I’ve learned an awful lot this past year while attempting to live in a more earth-friendly, sustainable lifestyle, and am offering my “two cents” on the theme of Environmental Education for the APLS October Blog carnival. Click here to see what APLS (Affluent Persons Living Sustainably) is all about!
At first I thought–no way–I’m not affluent and I’m only really beginning to try to live sustainably, but then I learned differently from my green, bloggy friends. To see where you fall on the “Global Rich List,” click here. You may be very surprised about the definition of “affluence”, too!
Anyway, Abbie over at the Farmer’s Daughter (and my daughter in real life, lucky me!) is hosting this event at APLS October Blog carnival. So, regarding the topic of “Environmental Education” . . .
Thanks to Abbie, I had the pleasure of taking part in a life-changing event, which really made me re-think the way we live. Two summers ago, we had the pleasure of taking part in teacher professional development, which included living at a totally green school in Cape Eleuthera for a week! I really learned by living and this experience has had a profound effect on how I now think about everything–in a much more environmentally-friendly fashion.
First, a bit of a side step to the Island School, because this was really a life-changing experience for me. Who wouldn’t accept the opportunity to go to the Bahamas for a week on vacation with your daughter? Granted, it was August (read very hot, humid here) and it wasn’t really a vacation, but a learning experience (read no AC, limited water supply, etc.), so this is what it really meant:
· Spending an entire day traveling: 3 planes, including one tiny one from Rock Sound to the Cape, an hour spent in a steaming, hot Caribbean airport waiting for a taxi that would take us for a 2-hr. equally steamy ride over rough roads at a hefty fee
· Absolutely no COLD water and NO ice for drinks. In fact, the basic beverage of choice was warm water, which we carried everywhere with us in refillable containers, which had been collected off the roof (and purified through an electrostatic process). Fortunately I didn’t see the multitude of frogs that inhabited the holding tank until our last day on the island.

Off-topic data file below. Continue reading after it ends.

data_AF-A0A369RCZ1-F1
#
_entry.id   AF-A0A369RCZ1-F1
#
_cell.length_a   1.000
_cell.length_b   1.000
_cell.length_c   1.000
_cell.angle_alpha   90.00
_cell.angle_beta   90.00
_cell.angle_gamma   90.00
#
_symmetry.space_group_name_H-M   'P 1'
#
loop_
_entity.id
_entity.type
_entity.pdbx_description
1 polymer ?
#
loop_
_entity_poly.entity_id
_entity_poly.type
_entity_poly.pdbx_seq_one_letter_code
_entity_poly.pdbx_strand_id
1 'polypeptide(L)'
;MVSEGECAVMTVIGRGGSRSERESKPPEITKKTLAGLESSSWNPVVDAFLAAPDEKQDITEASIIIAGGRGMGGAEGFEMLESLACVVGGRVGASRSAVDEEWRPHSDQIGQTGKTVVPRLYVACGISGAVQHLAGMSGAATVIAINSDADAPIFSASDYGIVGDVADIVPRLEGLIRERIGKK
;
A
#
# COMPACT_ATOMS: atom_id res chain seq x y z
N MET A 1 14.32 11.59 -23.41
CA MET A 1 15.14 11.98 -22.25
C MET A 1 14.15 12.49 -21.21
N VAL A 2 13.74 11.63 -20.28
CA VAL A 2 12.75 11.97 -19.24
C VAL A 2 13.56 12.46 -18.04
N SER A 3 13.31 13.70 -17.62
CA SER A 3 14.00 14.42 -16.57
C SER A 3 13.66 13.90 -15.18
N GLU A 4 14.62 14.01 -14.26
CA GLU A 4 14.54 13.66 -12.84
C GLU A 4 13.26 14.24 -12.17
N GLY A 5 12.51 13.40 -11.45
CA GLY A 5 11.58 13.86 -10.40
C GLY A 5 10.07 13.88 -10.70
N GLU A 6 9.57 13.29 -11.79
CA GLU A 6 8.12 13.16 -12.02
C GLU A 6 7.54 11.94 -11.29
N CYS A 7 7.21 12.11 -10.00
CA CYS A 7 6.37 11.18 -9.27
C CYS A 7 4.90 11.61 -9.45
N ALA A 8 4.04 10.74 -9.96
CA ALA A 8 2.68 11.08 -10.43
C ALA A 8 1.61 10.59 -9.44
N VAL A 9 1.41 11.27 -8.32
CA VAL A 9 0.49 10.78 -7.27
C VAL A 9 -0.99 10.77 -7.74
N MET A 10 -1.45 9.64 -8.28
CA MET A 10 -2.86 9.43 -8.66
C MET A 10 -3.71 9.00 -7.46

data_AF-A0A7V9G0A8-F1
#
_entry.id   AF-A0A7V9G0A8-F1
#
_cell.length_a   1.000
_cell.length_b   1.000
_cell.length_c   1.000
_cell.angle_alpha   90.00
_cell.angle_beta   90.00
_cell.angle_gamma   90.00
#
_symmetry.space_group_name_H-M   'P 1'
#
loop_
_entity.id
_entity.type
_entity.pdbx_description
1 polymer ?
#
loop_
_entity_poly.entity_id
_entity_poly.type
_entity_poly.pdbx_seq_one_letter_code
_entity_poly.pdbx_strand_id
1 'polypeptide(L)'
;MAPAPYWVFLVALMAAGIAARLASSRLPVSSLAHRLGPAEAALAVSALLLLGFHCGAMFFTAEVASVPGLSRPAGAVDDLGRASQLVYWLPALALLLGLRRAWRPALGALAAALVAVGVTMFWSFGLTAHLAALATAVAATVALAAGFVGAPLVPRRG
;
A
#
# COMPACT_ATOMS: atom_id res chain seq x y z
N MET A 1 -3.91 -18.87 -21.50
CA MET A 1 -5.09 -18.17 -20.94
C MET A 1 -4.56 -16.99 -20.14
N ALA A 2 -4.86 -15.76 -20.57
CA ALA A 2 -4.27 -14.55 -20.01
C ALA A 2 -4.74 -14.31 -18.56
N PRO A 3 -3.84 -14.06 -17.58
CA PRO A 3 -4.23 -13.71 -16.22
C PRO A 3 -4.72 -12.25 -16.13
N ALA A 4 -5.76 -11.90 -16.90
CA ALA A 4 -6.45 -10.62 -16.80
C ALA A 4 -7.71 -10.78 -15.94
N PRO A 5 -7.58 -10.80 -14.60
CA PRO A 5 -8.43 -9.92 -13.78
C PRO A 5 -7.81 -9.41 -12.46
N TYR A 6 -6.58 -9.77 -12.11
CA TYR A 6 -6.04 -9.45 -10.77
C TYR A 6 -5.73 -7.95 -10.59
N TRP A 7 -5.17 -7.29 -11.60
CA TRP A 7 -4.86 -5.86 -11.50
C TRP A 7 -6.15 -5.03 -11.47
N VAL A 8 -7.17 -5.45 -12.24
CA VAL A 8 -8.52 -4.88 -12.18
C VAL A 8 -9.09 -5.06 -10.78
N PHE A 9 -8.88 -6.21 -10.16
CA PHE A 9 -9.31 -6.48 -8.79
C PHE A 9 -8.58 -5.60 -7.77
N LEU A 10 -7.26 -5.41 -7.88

· An introduction to “Navy” showers, which means five minutes, tops, that the water is running, and turning if off between lathering up and rinsing
· “If it’s yellow, let it mellow . . . “ (OK, I thought this was just my Dad, many years previously, who said this because he was just plain cheap!) Later, I learned that I had grown up “green” in part before it was fashionable. This was probably the toughest habit to kick, because I had developed an automatic reflex to flush over the years. . .
· Sleeping in dormitory-style rooms (25 or so women in double-decker bunkbeds) sans air-conditioning, just a few overhead fans
· While sleeping in this heat, also being visited by “no see-ums,” which visited nightly, squeezing their tiny bodies in between the screens. (Fortunately for me, I must not have been as tasty, young and sweet, as some of my colleagues were, because if I spritzed with bug spray (probably a no! no!) before retiring, I didn’t wake up in the raised red welts that some of my colleagues did.)
· Washing dishes, filling compost buckets, slopping pigs . . . and did I say washing dishes by hand?
· Filling large water jugs and lugging them to the dorms at night
· Waking up to the blowing conch at 6 am to participate in an hours- long exercise sessions of running, biking, and/or swimming